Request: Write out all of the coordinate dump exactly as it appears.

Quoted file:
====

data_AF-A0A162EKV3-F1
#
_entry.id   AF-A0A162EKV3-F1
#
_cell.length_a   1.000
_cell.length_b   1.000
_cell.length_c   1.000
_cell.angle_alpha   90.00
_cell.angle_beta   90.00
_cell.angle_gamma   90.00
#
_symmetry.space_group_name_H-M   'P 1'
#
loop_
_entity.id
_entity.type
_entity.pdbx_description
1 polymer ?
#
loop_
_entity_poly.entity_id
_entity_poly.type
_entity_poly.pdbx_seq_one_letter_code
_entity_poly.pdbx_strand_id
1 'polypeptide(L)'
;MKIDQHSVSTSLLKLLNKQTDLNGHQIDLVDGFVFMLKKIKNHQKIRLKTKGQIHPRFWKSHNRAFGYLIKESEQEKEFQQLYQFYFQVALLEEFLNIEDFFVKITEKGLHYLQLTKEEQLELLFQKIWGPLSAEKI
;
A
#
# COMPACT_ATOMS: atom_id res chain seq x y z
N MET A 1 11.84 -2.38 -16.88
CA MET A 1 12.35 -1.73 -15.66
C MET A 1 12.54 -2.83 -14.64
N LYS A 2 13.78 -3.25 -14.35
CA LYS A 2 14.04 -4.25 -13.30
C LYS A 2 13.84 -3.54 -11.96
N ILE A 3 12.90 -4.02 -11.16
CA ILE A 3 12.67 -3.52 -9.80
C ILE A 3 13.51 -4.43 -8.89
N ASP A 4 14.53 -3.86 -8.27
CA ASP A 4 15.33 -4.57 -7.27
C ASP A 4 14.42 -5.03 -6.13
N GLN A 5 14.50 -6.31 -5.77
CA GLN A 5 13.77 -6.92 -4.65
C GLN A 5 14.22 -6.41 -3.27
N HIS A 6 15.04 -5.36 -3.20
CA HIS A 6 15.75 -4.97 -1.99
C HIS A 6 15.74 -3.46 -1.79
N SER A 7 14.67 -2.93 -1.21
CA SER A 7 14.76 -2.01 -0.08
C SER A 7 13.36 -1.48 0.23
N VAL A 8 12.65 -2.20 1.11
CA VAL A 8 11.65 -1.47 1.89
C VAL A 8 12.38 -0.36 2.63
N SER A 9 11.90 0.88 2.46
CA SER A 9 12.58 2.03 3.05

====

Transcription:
data_AF-A0A162EKV3-F1
#
_entry.id   AF-A0A162EKV3-F1
#
_cell.length_a   1.000
_cell.length_b   1.000
_cell.length_c   1.000
_cell.angle_alpha   90.00
_cell.angle_beta   90.00
_cell.angle_gamma   90.00
#
_symmetry.space_group_name_H-M   'P 1'
#
loop_
_entity.id
_entity.type
_entity.pdbx_description
1 polymer ?
#
loop_
_entity_poly.entity_id
_entity_poly.type
_entity_poly.pdbx_seq_one_letter_code
_entity_poly.pdbx_strand_id
1 'polypeptide(L)'
;MKIDQHSVSTSLLKLLNKQTDLNGHQIDLVDGFVFMLKKIKNHQKIRLKTKGQIHPRFWKSHNRAFGYLIKESEQEKEFQQLYQFYFQVALLEEFLNIEDFFVKITEKGLHYLQLTKEEQLELLFQKIWGPLSAEKI
;
A
#
# COMPACT_ATOMS: atom_id res chain seq x y z
N MET A 1 11.84 -2.38 -16.88
CA MET A 1 12.35 -1.73 -15.66
C MET A 1 12.54 -2.83 -14.64
N LYS A 2 13.78 -3.25 -14.35
CA LYS A 2 14.04 -4.25 -13.30
C LYS A 2 13.84 -3.54 -11.96
N ILE A 3 12.90 -4.02 -11.16
CA ILE A 3 12.67 -3.52 -9.80
C ILE A 3 13.51 -4.43 -8.89
N ASP A 4 14.53 -3.86 -8.27
CA ASP A 4 15.33 -4.57 -7.27
C ASP A 4 14.42 -5.03 -6.13
N GLN A 5 14.50 -6.31 -5.77
CA GLN A 5 13.77 -6.92 -4.65
C GLN A 5 14.22 -6.41 -3.27
N HIS A 6 15.04 -5.36 -3.20
CA HIS A 6 15.75 -4.97 -1.99
C HIS A 6 15.74 -3.46 -1.79
N SER A 7 14.67 -2.93 -1.21
CA SER A 7 14.76 -2.01 -0.08
C SER A 7 13.36 -1.48 0.23
N VAL A 8 12.65 -2.20 1.11
CA VAL A 8 11.65 -1.47 1.89
C VAL A 8 12.38 -0.36 2.63
N SER A 9 11.90 0.88 2.46
CA SER A 9 12.58 2.03 3.05